July 25, 2009 Posted by | global, Kenya | Leave a comment

Nairobi Diaries 7: The Non-Place of Kibera and the Utopian Politics of Dance

Kibera: Africas largest slum

Kibera: Africa's largest slum

One day we visited the Cardinal Otunga Girl’s Empowerment Center in the morning and the Christ the King parish’s library and school in the afternoon. At both places, we met monastics, social workers, teachers, and legal advocates working together to give disadvantaged children both the practical and the cultural skills for escaping poverty. The former institution is run by nuns and is located in a quiet, suburban environment, and it is something like an orphanage for teenage girls to get them off the streets. The latter is located in one of the world’s largest slums, Kibera. Kibera is somewhat unique compared to other slums because even though over a million people live there, the government (for various political reasons that I don’t understand) doesn’t officially recognize that it exists. Consequently, there is almost no official infrastructure. Electricity, running water, sanitation, schools, daycare, and even real streets strong enough to support an automobile — all these are extremely scarce, and what there is has mostly been innovated by the impoverished people who live there or by non-governmental organizations. Some of the girls at the empowerment center came from Kibera.

When you go to a place such as Kibera (and without a guide, you probably shouldn’t), you expect mile after mile of intense poverty. You expect the smell of raw sewage, and you expect to see babies playing in that raw sewage. But what I didn’t expect was middle-aged men in business suits coming home from work. What I didn’t expect to see was young adults studying quietly in a library. What I didn’t expect was a class of children carefully and joyfully choreographing a dance. And that’s what I want to talk about in this blog. On the one hand, since Kibera does not officially exist (not part of the census or the GDP) it is something of a non-place. But within that negative, hellish non-place is another more positive non-place — the utopian project of the Christ the King school and library. And connected to both the hellish and the hopeful non-places is yet another non-place in the idyllic, suburban sanctuary of the Girls Empowerment Center. And within these spaces, I saw something I want to call the “utopian politics of dance” — and what I mean by that is the subject of this blog post.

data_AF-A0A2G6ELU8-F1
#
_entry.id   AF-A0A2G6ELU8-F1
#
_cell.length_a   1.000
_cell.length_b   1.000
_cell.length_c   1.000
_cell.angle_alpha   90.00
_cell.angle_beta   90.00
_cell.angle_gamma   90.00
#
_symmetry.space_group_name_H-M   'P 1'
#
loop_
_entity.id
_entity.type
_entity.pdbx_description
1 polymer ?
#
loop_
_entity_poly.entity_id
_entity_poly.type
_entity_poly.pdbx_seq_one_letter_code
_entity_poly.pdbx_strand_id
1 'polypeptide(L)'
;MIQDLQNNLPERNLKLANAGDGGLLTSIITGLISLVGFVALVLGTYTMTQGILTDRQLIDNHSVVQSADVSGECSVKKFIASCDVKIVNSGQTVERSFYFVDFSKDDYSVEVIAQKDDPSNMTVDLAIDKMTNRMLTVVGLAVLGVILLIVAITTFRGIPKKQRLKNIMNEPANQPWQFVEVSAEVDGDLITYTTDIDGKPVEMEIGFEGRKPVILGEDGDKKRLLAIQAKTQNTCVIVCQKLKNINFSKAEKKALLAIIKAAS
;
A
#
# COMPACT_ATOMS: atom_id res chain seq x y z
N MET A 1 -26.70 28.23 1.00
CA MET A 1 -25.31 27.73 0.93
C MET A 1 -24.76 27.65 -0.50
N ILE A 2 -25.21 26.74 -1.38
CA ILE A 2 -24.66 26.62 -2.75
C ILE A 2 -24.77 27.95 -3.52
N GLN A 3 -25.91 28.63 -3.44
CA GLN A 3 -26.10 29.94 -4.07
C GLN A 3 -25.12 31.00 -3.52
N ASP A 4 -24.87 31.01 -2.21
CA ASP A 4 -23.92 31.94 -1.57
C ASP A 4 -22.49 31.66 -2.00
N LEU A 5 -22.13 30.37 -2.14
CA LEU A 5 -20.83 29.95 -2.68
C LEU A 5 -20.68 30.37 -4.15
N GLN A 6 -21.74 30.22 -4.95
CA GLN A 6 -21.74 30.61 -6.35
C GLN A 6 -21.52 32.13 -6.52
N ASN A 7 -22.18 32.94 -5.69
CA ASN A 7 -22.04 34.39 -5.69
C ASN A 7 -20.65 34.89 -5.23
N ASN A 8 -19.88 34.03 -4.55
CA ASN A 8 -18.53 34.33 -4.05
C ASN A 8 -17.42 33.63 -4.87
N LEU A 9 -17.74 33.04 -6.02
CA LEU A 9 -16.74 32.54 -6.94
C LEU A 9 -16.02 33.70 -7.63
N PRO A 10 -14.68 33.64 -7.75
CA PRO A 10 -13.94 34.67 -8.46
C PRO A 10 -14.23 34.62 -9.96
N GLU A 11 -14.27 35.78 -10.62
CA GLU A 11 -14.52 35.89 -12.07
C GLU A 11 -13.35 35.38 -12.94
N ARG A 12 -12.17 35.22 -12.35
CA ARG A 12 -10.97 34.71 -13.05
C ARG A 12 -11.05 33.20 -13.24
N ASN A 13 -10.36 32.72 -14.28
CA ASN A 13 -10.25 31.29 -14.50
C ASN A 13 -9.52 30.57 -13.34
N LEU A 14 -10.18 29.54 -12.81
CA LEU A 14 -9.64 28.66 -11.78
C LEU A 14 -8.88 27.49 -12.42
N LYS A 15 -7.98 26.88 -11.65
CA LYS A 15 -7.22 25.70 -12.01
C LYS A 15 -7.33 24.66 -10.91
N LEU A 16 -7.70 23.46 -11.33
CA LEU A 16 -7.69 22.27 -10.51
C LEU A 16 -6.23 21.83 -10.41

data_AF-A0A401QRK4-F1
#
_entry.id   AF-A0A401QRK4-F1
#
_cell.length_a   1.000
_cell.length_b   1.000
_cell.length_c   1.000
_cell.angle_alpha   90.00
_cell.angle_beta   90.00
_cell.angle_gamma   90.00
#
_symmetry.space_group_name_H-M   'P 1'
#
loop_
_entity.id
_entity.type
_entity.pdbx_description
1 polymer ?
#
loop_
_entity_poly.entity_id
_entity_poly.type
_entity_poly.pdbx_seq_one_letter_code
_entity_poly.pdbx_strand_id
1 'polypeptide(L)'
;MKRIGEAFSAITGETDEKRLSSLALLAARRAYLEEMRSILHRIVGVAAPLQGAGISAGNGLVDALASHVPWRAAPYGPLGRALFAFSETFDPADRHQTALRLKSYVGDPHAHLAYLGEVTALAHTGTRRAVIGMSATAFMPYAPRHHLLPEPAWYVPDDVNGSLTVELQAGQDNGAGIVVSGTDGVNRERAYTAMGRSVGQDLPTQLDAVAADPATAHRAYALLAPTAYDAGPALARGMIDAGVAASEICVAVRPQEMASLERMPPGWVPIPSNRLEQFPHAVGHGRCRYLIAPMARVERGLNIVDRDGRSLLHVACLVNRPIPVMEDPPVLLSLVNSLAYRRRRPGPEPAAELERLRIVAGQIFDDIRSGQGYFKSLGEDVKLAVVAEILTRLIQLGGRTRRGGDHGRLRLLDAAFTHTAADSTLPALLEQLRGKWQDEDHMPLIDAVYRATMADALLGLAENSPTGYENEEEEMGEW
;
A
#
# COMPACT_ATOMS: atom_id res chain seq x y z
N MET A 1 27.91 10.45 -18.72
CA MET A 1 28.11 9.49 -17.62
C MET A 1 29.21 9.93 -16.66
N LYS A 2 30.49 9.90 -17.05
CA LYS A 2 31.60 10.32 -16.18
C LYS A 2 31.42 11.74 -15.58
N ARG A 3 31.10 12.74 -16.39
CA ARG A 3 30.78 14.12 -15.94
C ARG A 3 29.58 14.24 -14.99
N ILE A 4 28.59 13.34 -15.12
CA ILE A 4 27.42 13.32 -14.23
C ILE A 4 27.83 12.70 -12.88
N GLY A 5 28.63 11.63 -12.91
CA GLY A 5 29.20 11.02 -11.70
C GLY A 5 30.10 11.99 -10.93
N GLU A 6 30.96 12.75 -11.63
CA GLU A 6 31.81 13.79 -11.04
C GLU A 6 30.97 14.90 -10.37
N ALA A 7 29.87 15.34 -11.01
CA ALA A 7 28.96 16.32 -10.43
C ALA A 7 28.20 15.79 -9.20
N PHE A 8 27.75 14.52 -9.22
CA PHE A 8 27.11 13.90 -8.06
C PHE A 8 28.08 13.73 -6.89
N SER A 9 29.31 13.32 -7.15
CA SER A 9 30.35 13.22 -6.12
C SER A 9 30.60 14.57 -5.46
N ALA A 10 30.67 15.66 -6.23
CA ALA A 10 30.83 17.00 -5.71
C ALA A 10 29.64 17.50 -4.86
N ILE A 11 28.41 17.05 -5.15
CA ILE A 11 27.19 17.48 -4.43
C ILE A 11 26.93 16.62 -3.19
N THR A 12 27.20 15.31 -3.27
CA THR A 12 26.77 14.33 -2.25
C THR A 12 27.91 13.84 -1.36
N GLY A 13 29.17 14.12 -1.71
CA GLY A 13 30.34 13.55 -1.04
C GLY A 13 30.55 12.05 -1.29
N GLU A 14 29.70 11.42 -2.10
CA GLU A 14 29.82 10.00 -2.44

(Excuse the long theory-laden parentheses, but for those of you reading my blog who are unfamiliar with Thomas More’s famous book or with the literary history of the concept that his book generated, I am using the word utopia as More did — as a double entendre for no-place (outopos in ancient Greek) and good place (eutopos). As an aside, I want to also mention that More’s double entendre might be a useful conceptual tool for thinking through a statement I mentioned in Nairobi Diary 5 that my colleague made — that never before had he more strongly felt the presence of God or witnessed in the labor of the social workers God’s work being done… that God was here. There is a powerful yoking together of two contradictory senses in that theological formulation just as there is in More’s play on words. Why articulate God’s goodness and sublime beauty in the context of such absolute horror, poverty, oppression, and violence? Why does one seem to both rhetorically and ontologically require the other?)